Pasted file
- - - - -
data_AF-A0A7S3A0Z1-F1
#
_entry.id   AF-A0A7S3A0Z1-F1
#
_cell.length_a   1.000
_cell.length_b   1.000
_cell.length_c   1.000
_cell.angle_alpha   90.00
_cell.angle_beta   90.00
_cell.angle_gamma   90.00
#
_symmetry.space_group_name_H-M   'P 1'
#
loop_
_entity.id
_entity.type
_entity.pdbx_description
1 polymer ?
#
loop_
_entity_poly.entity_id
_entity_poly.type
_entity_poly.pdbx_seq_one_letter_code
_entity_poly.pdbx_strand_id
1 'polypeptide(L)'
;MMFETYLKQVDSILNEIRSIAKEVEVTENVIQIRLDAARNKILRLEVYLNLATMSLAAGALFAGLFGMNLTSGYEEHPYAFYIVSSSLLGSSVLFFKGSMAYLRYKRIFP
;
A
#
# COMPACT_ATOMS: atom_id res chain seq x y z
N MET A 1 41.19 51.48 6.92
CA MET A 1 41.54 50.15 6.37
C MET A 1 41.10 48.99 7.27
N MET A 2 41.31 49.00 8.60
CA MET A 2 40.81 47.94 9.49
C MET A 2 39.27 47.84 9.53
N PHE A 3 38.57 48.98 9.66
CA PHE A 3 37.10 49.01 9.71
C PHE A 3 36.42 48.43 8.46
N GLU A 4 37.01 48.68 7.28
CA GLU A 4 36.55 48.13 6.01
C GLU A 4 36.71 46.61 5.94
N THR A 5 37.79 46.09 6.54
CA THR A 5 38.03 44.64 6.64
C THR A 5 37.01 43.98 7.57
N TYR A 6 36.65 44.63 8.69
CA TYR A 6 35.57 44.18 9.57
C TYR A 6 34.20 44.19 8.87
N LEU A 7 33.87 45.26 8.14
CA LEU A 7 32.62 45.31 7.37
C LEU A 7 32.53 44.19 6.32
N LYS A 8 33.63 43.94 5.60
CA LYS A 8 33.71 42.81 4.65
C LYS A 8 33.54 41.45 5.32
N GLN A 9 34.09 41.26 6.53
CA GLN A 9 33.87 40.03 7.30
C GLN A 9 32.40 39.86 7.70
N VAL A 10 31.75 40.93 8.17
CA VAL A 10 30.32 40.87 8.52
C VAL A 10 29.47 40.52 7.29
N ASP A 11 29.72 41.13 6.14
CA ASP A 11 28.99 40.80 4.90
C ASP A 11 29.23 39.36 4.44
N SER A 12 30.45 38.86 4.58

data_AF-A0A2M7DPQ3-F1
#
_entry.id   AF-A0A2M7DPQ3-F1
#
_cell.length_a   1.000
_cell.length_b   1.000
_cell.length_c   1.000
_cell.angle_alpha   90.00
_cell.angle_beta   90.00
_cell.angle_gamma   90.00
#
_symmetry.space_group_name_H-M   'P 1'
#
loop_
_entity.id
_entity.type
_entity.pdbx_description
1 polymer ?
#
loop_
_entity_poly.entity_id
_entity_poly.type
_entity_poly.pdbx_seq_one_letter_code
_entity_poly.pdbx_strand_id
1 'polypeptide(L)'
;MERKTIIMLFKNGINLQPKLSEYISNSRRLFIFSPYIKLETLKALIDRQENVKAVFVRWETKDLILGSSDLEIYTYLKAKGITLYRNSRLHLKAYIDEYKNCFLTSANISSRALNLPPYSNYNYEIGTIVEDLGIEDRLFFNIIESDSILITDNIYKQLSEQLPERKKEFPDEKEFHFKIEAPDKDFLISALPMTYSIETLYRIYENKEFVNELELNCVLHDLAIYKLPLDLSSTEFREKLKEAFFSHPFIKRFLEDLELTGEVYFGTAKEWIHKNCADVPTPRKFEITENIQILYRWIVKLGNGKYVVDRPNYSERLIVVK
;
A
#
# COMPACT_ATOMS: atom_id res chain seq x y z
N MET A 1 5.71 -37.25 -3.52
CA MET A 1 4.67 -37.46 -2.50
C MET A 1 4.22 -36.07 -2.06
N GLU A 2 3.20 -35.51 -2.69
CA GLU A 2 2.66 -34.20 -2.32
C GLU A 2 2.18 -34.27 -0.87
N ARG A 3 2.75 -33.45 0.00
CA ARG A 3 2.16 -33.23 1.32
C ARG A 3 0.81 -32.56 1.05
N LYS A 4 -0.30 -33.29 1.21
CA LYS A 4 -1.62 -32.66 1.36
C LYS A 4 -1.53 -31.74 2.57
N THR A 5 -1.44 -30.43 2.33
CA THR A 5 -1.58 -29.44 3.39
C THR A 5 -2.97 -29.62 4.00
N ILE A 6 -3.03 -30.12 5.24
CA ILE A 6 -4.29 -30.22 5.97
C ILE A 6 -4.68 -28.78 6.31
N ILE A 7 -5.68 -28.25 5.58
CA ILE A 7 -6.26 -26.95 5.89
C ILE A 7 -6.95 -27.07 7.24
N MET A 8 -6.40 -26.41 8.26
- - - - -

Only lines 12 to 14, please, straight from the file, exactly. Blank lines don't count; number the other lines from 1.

_symmetry.space_group_name_H-M   'P 1'
#
loop_